Read Part I here

After more time with Days Gone, my opinion has not shifted drastically though I am able to provide more context and criticism.

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The game remain enjoyable, with moment-to-moment play still feeling quite solid. Primarily, the most fun players will experience is the interaction between various systems with their own priorities: humans scavenging facing off against hordes of zombies or wolf packs. As I experienced, your carefully planned stealth mission goes to pieces because you didn’t notice the animal stalking you. But I experienced an incredible 20 minutes of play where my plan, despite carefully plotting it, fell apart.

To understand, I need to explain safe outposts.

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Like many open world games, liberating safe spots means repeating a series of tasks – the famous “climbing towers” element of Ubisoft games comes to mind, as well as clearing areas of enemies in Dying Light. In Days Gone, this involves filling a generator with fuel, sometimes finding a missing fuse, then, a unique considering: making sure there are no attached speakers. See, when you turn the generator on, it activates a distress call that blasts out these speakers – attracting any nearby zombies like moths to a flame. These missions are also enjoyable since you have to solve a navigation puzzle: First, find the fuel can, second, think of how you will get it back to the generator.

In one instance, however, I found a safe outpost located right by a huge horde. This is where the game shows off its enemy system by having 50-100 zombies all operating as one heaving mass of rotting, angry flesh. The zombies are individualised, but if one spots you, the wave of horror washes toward you. It’s a terrifying moment. I attempted to liberate this outpost, careful to detach all the speakers but then the game decided to have fun with me: It hid some of the speakers in trees, meaning after I turned the generator on, the emergency sound blasted out from locations I had never seen before. The horde came screaming and I had to escape. With no fuel or ammo, I rode to the nearest safe location but suddenly a behemoth zombie appeared, as well as a new horde that had not been there before. Frying pan and fire.

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This was a tense moment, which involved juggling depleting resources, knowledge of the map and stealth. Days Gone really outshone here.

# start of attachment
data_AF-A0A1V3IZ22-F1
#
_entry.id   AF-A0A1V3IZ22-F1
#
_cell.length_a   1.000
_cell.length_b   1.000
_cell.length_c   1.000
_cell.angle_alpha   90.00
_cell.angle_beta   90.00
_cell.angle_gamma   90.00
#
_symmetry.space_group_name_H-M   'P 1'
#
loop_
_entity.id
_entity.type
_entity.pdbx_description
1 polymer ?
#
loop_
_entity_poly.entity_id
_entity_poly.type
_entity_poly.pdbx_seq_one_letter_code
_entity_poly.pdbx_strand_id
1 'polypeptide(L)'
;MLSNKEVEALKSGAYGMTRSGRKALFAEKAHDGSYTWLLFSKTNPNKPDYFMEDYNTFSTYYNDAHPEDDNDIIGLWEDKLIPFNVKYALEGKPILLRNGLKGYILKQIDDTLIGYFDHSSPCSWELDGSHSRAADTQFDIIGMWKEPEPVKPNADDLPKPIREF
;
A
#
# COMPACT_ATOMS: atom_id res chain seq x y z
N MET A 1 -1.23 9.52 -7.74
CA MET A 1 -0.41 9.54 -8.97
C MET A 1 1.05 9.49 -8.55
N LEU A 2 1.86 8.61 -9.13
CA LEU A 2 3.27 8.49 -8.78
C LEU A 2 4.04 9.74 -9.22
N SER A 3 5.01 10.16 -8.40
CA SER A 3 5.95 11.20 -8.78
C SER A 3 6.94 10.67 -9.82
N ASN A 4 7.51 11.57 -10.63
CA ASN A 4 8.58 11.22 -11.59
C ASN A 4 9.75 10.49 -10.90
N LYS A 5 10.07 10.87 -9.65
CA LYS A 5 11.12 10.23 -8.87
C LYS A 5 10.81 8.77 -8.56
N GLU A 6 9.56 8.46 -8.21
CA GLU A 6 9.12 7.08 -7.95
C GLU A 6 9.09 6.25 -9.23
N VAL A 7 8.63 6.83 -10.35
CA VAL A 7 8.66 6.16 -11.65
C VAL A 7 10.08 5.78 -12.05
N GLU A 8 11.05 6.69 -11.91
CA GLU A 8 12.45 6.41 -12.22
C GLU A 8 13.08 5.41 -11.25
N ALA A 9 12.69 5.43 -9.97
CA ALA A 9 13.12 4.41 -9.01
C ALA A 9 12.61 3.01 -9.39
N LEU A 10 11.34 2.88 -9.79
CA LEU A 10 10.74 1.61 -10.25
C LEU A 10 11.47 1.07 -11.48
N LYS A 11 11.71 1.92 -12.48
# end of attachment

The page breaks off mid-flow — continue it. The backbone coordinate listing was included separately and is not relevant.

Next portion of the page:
However, what can’t be escaped is the repetitive nature of the tasks before you. You inevitably are performing 3 kinds of tasks: hunting down a specific person, liberating a camp of some kind (and maybe rescuing hostages held there), participating in insta-fail stealth sections in the year of our lord 2019.

The sameness is not helped by the fact that you can’t alter Deacon’s appearance; that the bike’s appearance changes aren’t as dramatic as, say, the car customisation options in Mad Max; that the camps you aid don’t change in any way (a feature that appeared in, um, Mad Max). The world’s lack of life comes through due to no other bikes being on the giant map, with people clustered only in 3 camps. You never see other Drifters or scavengers except the very occasional enemy – and those tend to be in the same few spots. I understand we’re dealing with a dead world but that’s fictional dead, not design dead.

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It would’ve been wonderful to see Deacon actually have an effect on the world: The people that you rescue and send to camps are actually there, you see an increase in numbers.

In the end, the game feels empty and repetitive. I still enjoy playing it, but be prepared for a game that does little to propel you forward aside from its somewhat interesting story and an enjoyable main character.

(If you want an open world game involving a customisable vehicle, incredible combat – that includes vehicle combat – camps that are affected by your actions, a beautiful open world, then rather go for Avalanche’s Mad Max.)

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